weaving

From Afraid to Fearless: My Journey as a Weaver

For the last few months, I have been writing about the projects that I did while studying weaving for 15 weeks in the Vävstuga Immersion Program. You can read about the start of my journey here. Today, I would like to reflect on how far I have come since beginning the program last August.

Placemats from the one and only project I did on a floor loom prior to the immersion program.

One year ago, I was afraid of my loom. Although I had had a floor loom for a few years, the only time I had warped it was for a workshop. I found the whole process very intimidating. I usually don’t find learning new crafts difficult, but weaving was an exception. Although I had made some placemats and little coasters, mostly using a rigid heddle loom, I could barely consider myself a weaver.


Handspun coasters done on a rigid heddle.

While I was at Vävstuga, I learned the foundations of weaving, everything from reading a draft to designing, to dressing the loom, to weaving with different fibers, to finishing a piece. The length of the program allowed me to repeat what I had learned over and over again, so that it stayed with me.

Wool blanket.
Linen tablecloth.
Linen damask tablcloth.
Rep rug.
Opphamta drawloom.
Damask drawloom.

However, the most important thing that I learned while I was at Vävstuga was how much I love weaving. I love that designing woven cloth is somewhat like solving a math problem. I love the physical act of weaving, the rhythm of the treadle and shuttle bringing a design to life. Most of all, I love how useful cloth is. For me the most beautiful thing of all is a marriage of function and beauty. I want to make rugs that you admire as you wipe your feet on them. I want to make towels that look good hanging up and do a great job drying the dishes. I want to make the warmest, softest blankets that get covered in cat hair because they are the cat’s new favorite bed. I want to make clothes that get worn over and over because they are so comfortable.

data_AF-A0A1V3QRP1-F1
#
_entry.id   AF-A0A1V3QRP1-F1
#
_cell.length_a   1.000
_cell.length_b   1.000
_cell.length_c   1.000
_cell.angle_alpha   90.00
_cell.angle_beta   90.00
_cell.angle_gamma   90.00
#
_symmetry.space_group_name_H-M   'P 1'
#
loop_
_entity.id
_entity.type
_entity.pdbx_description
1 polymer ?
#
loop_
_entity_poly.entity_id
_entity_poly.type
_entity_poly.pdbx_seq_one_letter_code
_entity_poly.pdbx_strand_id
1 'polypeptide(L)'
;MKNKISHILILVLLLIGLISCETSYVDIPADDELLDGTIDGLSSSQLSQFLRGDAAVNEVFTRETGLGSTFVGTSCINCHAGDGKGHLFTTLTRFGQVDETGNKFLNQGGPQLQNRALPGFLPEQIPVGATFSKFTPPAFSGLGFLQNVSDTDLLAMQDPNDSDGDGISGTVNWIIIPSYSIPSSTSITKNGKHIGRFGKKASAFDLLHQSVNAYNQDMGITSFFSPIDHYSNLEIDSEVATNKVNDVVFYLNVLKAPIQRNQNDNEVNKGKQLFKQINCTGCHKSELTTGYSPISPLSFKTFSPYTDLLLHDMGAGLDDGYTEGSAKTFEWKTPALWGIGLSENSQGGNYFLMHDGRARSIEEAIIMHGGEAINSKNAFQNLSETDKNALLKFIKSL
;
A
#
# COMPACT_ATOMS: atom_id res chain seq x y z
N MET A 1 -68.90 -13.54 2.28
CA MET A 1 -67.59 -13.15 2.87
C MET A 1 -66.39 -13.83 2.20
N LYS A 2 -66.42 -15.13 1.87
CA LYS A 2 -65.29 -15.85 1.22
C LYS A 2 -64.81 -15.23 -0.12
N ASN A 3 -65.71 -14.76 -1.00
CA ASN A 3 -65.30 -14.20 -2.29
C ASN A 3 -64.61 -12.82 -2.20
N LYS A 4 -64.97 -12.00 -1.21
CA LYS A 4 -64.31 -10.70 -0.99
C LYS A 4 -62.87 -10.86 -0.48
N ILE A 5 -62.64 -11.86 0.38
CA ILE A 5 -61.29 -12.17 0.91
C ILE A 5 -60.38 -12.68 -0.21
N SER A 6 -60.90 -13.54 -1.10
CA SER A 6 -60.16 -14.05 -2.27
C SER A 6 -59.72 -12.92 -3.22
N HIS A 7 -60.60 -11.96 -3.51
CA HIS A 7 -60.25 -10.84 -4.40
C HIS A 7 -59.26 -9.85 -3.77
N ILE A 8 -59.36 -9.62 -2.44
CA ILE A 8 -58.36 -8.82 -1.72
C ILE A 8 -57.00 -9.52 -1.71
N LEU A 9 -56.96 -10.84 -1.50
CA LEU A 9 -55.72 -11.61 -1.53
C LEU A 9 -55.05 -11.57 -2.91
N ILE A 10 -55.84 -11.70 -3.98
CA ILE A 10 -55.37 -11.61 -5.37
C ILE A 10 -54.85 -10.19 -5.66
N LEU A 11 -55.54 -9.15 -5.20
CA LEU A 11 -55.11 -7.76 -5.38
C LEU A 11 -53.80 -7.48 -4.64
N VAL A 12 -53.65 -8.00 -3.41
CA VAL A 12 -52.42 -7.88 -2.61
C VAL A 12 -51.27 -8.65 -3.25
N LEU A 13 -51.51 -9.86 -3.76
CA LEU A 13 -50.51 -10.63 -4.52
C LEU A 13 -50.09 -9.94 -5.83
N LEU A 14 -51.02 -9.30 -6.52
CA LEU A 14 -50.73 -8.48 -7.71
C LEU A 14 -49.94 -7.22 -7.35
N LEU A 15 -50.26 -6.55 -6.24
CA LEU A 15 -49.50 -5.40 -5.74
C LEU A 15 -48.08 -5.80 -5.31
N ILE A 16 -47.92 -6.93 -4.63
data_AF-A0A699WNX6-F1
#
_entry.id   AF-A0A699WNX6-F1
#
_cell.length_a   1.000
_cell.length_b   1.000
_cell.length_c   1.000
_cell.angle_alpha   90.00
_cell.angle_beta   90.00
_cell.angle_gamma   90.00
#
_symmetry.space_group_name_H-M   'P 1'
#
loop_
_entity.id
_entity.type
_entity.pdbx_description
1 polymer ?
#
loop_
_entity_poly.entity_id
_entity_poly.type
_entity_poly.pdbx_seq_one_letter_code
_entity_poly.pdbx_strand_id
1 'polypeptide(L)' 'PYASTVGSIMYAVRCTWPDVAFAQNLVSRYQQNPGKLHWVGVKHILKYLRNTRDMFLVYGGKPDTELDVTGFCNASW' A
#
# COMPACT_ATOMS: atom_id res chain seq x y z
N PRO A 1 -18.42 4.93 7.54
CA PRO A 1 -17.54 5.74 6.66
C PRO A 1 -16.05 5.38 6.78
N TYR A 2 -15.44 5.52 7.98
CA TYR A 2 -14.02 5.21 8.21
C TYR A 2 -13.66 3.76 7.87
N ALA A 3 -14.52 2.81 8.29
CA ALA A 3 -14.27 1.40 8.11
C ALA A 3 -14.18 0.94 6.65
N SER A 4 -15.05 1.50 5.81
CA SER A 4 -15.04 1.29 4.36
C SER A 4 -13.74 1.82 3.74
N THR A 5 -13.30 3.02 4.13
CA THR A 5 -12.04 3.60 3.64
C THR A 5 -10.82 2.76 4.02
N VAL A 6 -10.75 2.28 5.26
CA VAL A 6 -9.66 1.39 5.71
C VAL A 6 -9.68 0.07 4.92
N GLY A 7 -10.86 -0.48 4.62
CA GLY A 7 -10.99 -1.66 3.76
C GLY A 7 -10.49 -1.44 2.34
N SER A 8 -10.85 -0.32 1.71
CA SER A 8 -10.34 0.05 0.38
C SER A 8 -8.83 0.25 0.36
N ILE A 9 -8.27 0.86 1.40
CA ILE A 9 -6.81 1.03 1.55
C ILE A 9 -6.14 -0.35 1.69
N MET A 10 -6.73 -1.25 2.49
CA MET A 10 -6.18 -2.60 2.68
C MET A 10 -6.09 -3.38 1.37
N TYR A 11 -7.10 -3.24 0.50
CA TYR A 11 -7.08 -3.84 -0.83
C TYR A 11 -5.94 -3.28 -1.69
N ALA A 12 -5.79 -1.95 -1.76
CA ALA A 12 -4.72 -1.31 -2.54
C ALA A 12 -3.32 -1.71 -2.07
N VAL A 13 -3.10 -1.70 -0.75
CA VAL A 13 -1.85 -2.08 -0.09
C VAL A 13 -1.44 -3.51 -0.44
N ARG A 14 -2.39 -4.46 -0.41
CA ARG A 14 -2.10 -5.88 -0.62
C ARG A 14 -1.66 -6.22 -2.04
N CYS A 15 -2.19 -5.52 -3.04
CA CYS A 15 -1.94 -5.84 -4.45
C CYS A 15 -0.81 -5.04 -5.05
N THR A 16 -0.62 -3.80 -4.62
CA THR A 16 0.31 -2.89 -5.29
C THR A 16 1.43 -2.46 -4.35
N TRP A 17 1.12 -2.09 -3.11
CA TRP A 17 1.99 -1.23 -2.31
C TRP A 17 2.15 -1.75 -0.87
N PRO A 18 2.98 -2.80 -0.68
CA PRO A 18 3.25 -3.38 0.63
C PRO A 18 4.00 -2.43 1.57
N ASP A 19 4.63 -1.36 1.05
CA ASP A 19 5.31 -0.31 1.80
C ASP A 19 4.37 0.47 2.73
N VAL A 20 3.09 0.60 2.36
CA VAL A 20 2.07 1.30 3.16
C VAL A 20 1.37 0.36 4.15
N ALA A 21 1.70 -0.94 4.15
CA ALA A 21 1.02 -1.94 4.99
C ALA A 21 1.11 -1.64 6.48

The gable of my big loom, packaged up to tie to the top of my car for it’s journey to Illinois.

Even before the end of the program I felt so confident in my weaving ability (and in my desire to weave) that I purchased a used 60″, 8 shaft loom before leaving Massachusetts. I wasn’t even sure how I was going to get it home, as it did not fit in my car, but I bought it anyway.

My big loom, next to the Schacht baby wolf loom that I have had for a few years.

After getting my loom home, I set it up all by myself, even though I had never set up a loom before. I definitely am not afraid of my looms anymore. I jumped right in designing and weaving. I have made towels, a priest’s stole, baby blankets, a tablecloth, yardage, and runners. Two of my projects have been commissions. I am of course still learning; one of the great things about weaving is that you can spend a lifetime learning new things. But now that fear is no longer holding me back, I have so many things I want to weave.

Very first warp on the loom!
Hand-manipulated phoenix inlay runner.
Beaming a full-width warp.
Twill tablecloth.
Summer and winter baby blanket.

I want to weave many more things than I can actually use. So, I have decided to be brave and take the next step and start selling my work. I’m starting small, with just kitchen towels, but more items are coming soon. If you are interested, you can check out shop.kirimade.com. I don’t know where this next part of my journey will take me, but I am excited to find out!

Plain weave towel.
Twill towel.
Detail of twill towel.
Twill towel with design based on DNA.

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